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Illuminate Ventures today closed a $20 million fund to invest in early-stage business software startups.
Illuminate isn’t your typical Sand Hill Road venture firm. Its founder, Cindy Padnos, has recruited some top-notch women investors to help her fund promising cloud and software-as-a-service (SaaS) startups.
Given the relatively small number of women VCs, Silicon Valley has not been able to shed its reputation as a “glorified old boys club.” Padnos has spoken out about and wrote white papers on this issue. A recent Illuminate paper found that women entrepreneurs actually build more capital-efficient high-tech companies than their male counterparts.
Padnos has has been working in venture capital for over a decade as the former director at Outlook Ventures. Prior to that, she founded and ran Vivant, one of the first SaaS companies. She points out that she’s been investing in enterprise technology “long before the space was considered trendy.”
Illuminate’s team is dedicated to supporting female entrepreneurs, a bet that appears to have already paid off. Two of the firm’s most successful portfolio companies were started by women. Autodesk acquired game design platform WildPockets, and ad-tech startup Red Aril was an early acquisition target for Hearst Corporation.
Another unique aspect to this firm is its advisory board. Illuminate has recruited high-profile executives and operators, like Donna Dubinsky, the chief executive of Numenta and a former cofounder of Palm; and Sarah Friar, the chief financial officer at Square.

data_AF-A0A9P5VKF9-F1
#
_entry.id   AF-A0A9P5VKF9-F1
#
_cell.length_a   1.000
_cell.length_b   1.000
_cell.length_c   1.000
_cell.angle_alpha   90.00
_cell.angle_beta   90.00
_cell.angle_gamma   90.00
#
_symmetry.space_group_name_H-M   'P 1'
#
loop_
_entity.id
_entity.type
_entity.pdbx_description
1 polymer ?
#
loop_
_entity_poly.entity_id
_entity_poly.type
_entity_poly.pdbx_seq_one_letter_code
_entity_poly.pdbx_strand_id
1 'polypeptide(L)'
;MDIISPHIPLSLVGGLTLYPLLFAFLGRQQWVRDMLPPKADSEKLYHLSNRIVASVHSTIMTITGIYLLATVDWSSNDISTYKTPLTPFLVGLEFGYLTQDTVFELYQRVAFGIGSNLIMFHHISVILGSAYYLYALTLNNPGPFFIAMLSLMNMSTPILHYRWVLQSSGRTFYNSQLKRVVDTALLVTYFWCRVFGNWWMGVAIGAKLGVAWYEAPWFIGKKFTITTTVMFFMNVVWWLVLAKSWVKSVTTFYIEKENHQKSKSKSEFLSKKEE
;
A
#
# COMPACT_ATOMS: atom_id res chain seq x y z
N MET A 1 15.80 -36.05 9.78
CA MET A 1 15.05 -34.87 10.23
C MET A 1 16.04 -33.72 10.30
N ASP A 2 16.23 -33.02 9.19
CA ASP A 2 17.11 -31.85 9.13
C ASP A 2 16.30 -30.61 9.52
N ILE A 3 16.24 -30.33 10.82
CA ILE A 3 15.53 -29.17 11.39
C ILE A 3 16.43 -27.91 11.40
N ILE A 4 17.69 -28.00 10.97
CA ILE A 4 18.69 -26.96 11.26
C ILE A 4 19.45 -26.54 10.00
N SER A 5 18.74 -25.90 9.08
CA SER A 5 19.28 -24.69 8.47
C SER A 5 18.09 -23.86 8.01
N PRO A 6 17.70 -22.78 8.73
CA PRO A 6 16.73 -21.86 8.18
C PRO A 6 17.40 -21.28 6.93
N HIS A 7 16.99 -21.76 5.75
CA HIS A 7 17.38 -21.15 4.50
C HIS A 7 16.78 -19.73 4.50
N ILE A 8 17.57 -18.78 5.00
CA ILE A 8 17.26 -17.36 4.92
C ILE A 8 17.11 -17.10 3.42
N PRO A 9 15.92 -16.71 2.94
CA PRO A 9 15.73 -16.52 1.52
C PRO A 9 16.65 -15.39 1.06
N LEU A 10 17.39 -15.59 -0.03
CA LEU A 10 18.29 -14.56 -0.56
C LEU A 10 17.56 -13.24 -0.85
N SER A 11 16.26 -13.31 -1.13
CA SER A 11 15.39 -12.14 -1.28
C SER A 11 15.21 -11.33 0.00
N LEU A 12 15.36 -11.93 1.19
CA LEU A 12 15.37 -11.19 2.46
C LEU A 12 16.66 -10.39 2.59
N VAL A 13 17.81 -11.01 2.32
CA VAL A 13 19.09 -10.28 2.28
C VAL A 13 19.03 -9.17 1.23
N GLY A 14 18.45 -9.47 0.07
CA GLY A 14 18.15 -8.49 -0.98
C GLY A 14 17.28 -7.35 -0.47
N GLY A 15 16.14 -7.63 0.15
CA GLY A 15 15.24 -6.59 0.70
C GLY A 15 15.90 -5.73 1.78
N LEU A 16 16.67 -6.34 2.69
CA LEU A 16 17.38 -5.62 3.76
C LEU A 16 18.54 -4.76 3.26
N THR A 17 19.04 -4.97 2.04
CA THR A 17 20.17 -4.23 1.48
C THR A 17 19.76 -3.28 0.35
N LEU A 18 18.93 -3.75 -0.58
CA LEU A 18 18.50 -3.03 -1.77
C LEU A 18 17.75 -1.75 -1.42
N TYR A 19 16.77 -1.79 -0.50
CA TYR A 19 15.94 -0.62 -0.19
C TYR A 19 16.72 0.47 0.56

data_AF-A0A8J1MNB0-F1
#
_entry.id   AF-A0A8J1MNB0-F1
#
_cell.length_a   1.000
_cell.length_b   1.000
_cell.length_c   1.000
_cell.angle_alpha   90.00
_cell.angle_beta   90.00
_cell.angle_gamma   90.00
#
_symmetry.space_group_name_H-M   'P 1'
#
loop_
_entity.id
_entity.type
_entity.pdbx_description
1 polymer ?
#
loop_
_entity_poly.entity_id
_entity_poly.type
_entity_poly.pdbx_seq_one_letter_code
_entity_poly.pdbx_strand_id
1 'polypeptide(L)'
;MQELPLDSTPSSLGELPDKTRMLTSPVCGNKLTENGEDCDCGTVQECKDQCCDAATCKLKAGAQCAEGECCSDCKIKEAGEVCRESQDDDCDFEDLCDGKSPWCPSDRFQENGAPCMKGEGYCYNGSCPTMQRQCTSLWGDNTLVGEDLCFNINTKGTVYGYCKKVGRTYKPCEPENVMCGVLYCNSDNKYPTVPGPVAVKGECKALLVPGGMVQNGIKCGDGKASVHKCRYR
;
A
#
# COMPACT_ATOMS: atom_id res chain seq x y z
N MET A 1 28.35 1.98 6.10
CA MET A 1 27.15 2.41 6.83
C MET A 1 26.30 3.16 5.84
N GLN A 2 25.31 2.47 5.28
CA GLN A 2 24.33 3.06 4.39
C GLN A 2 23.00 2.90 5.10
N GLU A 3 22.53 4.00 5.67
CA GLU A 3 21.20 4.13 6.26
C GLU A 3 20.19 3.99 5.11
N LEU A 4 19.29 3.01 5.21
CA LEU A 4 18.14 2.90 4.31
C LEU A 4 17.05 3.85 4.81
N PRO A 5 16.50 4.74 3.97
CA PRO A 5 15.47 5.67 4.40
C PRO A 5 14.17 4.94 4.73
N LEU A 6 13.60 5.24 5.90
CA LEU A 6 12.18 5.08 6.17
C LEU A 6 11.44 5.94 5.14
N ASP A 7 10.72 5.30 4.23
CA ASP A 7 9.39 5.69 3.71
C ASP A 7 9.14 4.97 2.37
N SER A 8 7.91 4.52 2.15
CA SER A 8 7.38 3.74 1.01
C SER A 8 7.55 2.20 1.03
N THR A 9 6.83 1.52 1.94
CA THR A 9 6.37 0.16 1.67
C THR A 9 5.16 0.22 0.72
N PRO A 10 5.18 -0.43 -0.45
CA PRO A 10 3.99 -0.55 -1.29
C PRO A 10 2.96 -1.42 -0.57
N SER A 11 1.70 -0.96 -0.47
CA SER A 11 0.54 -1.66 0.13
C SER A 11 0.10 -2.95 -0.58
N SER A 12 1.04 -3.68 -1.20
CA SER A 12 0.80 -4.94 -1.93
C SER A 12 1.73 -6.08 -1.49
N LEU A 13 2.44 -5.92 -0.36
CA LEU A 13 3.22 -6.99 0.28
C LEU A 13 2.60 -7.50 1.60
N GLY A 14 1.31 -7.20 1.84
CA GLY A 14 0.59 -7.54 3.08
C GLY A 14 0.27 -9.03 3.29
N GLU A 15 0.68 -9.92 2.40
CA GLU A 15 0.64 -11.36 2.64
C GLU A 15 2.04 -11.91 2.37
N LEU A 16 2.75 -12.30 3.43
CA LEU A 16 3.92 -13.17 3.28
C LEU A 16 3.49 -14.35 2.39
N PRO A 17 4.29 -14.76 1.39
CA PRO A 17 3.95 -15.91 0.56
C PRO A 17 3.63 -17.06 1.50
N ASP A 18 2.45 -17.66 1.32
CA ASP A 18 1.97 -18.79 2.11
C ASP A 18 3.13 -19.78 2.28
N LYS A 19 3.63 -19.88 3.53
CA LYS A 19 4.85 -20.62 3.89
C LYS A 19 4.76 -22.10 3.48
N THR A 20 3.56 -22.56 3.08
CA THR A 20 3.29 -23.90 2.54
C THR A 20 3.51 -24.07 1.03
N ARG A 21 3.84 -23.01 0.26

“We have a great list of experts to support our portfolio companies, and many of them are women,” said Padnos by phone. These advisers will occasionally take board seats at Illuminate’s startups. They will also lend a hand to the founders as they attempt to land their first major enterprise customers.
Padnos and her investment team, which also includes Rebecca Norlander and Sarah Cone, plan to fund North America-based cloud, software-as-a-service, big data, analytics, and enterprise mobility companies. Illuminate will typically invest up to $3 million in a series A or B round, and the firm reserves funding for follow-on investments.
It’s a small fund, but Padnos believes the firm has been able to punch above its weight as they take “strong positions early” and “invest like a traditional venture firm.” Unlike the 500 Startups model, for instance, Illuminate won’t just invest a small sum, step aside, and keep their fingers crossed for a home run. The firm will typically take board seats, closely advise the companies, and guide them to success.
Illuminate was formed in 2009, and closed its first $5 million proof of concept fund in 2011.
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